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Here's a home grown example of just such an error. One of our ends policies reads, "Unity Church provides innovative whole-life religious education." This tells the Executive to:
It does not state what results will be produced, it pretty much mandates a program. Simply providing religious education says nothing about how folks of all ages will be different, better, enlightened. An innovative program of religious education for all ages could still do a lousy job of ensuring that folks are knowledgeable of Unitarian Universalist heritage and world religions and that they lead lives of spiritual self-examination and practice.
Another feature of Policy Governance is that ends policies can (and should) begin with large global statements. The Executive can use any reasonable interpretation to determine if the policy has been fulfilled (this is good), until the Board goes down a level and further specifies sub policies as a nested set (this is also good.) I don't think a Board has to do this all at once, it's a developmental process and is the important ongoing work of the Board.
Another Policy Governance notion that is near and dear to me is that a crude measure of the right thing is better than a precise measure of the wrong thing. Professionally, I live in the world of measurable, assessable outcomes and, God forbid, I create an outcome that is not crafted with a pristine assessment in mind. I try to give up my concern with measurable outcomes when I approach ends policies. Carver states, "...if the Board allows measurement questions to contaminate its deliberations about what is to be accomplished, for whom, and at what cost, it will prescribe what is measurable rather than what is meaningful." I also believe that Boards get in trouble if they wait until the end of the year to determine if the Executive has accomplished the ends. Monitoring the accomplishment of ends with monthly Executive reports allows the Board to observe how the ends are always being accomplished.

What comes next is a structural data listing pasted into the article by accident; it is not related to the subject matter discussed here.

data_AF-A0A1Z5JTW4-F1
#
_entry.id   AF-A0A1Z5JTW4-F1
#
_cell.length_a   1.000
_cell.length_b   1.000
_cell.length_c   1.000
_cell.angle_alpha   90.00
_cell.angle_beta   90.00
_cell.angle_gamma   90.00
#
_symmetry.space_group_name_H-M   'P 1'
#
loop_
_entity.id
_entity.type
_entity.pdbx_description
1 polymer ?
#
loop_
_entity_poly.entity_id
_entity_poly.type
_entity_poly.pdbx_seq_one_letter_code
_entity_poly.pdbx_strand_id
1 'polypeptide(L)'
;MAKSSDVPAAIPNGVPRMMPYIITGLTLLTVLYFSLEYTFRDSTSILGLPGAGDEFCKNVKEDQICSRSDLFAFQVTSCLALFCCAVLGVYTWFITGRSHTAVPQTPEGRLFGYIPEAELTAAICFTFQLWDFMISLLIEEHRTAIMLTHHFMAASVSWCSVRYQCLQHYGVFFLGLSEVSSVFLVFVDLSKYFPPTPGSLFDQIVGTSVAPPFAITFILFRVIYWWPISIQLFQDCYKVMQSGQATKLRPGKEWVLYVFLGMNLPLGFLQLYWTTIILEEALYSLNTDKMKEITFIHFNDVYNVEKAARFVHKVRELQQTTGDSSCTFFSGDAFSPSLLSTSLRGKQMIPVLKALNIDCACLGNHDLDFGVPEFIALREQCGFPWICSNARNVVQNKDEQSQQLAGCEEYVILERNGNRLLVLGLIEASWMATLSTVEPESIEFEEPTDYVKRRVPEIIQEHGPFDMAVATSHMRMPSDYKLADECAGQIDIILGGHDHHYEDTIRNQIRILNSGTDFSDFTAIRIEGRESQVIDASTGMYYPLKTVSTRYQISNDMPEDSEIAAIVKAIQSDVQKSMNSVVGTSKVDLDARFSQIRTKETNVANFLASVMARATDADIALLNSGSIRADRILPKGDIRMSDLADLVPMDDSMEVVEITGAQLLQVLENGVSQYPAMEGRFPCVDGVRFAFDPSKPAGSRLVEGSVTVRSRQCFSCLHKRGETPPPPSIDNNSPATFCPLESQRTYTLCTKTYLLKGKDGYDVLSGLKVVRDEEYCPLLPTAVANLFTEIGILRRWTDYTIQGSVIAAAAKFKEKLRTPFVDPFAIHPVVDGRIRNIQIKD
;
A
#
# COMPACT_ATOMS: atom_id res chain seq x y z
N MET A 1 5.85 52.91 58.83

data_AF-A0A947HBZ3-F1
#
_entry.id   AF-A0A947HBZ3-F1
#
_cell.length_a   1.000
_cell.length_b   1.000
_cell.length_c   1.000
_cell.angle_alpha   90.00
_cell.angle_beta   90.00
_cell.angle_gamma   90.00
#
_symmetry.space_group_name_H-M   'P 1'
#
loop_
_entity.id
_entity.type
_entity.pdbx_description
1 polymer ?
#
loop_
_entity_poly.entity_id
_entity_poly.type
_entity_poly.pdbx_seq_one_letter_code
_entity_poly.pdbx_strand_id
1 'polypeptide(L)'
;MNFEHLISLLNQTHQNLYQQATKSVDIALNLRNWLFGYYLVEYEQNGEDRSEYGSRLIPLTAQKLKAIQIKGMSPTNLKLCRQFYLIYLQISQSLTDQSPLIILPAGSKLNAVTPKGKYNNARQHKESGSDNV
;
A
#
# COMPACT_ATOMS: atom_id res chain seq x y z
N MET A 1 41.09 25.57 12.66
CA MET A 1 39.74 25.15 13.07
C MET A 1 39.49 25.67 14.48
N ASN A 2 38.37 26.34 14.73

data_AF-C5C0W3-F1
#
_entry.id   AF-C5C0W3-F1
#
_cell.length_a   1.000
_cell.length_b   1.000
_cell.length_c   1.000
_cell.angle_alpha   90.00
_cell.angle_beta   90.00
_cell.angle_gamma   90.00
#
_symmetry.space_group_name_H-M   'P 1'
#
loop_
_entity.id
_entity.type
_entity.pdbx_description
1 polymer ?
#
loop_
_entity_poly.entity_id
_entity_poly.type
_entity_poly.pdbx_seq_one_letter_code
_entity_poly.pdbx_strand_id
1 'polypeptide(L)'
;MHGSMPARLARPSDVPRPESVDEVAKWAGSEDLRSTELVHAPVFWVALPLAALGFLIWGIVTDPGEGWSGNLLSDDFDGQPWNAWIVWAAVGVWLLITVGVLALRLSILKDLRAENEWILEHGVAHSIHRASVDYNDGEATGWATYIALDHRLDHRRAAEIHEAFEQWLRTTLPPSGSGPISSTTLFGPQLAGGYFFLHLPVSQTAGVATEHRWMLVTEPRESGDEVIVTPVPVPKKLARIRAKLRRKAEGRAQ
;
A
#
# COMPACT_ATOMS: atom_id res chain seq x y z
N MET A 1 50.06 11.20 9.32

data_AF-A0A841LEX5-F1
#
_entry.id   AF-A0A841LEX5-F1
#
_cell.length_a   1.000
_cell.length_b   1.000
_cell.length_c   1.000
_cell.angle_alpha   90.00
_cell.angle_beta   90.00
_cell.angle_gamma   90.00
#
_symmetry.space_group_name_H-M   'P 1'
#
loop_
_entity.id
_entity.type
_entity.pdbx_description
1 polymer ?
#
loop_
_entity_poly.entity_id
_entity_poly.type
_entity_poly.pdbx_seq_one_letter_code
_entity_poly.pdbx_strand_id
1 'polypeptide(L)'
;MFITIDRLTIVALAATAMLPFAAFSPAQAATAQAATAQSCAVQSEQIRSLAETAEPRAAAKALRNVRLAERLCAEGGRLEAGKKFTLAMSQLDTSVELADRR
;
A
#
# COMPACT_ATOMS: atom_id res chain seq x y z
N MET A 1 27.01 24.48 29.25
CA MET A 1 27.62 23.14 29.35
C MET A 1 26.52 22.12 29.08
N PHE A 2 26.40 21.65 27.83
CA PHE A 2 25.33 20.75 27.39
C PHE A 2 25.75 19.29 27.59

Art Ungar stated, "I am looking for ends statements for churches that meet Policy Governance standards." While I've pasted below my congregation's ends policies, please know that I do not consider them to meet Policy Governance standards. They are recently revised, far from exemplary, but created with loving intention. They are much, much more specific and detailed than were our "old ends" and I'm afraid they serve, to a certain extent, as a catch-all for cherished ideas that don't fit well anywhere else in the policies. Sadly, not one of them states "at what cost," something generally true of other congregation's ends policies as well. Art Ungar noticed this when he said, "I don't believe that they offer the exec any guidance as to priorities for spending time and money."
Here they are:
—Gretchen Dorn Unity Church-Unitarian of St. Paul, MN
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Last updated on Monday, June 20, 2011.
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